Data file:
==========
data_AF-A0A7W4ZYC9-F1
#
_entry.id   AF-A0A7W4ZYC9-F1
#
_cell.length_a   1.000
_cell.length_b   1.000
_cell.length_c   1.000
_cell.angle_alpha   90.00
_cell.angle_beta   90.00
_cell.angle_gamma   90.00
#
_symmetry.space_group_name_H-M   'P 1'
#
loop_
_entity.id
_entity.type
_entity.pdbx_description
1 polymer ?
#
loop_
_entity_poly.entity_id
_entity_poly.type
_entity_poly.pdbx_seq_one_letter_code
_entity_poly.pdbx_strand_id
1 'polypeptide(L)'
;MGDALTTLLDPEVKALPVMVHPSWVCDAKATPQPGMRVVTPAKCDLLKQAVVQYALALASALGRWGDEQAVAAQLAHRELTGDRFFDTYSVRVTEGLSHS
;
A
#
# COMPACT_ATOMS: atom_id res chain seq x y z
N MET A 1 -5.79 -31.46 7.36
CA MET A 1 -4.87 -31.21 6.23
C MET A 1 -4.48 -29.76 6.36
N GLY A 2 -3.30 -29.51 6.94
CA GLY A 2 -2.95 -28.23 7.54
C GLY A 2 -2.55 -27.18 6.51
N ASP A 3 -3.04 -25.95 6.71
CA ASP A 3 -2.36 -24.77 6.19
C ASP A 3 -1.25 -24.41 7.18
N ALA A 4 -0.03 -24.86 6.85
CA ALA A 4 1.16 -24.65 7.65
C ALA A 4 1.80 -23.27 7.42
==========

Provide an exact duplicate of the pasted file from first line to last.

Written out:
data_AF-A0A7W4ZYC9-F1
#
_entry.id   AF-A0A7W4ZYC9-F1
#
_cell.length_a   1.000
_cell.length_b   1.000
_cell.length_c   1.000
_cell.angle_alpha   90.00
_cell.angle_beta   90.00
_cell.angle_gamma   90.00
#
_symmetry.space_group_name_H-M   'P 1'
#
loop_
_entity.id
_entity.type
_entity.pdbx_description
1 polymer ?
#
loop_
_entity_poly.entity_id
_entity_poly.type
_entity_poly.pdbx_seq_one_letter_code
_entity_poly.pdbx_strand_id
1 'polypeptide(L)'
;MGDALTTLLDPEVKALPVMVHPSWVCDAKATPQPGMRVVTPAKCDLLKQAVVQYALALASALGRWGDEQAVAAQLAHRELTGDRFFDTYSVRVTEGLSHS
;
A
#
# COMPACT_ATOMS: atom_id res chain seq x y z
N MET A 1 -5.79 -31.46 7.36
CA MET A 1 -4.87 -31.21 6.23
C MET A 1 -4.48 -29.76 6.36
N GLY A 2 -3.30 -29.51 6.94
CA GLY A 2 -2.95 -28.23 7.54
C GLY A 2 -2.55 -27.18 6.51
N ASP A 3 -3.04 -25.95 6.71
CA ASP A 3 -2.36 -24.77 6.19
C ASP A 3 -1.25 -24.41 7.18
N ALA A 4 -0.03 -24.86 6.85
CA ALA A 4 1.16 -24.65 7.65
C ALA A 4 1.80 -23.27 7.42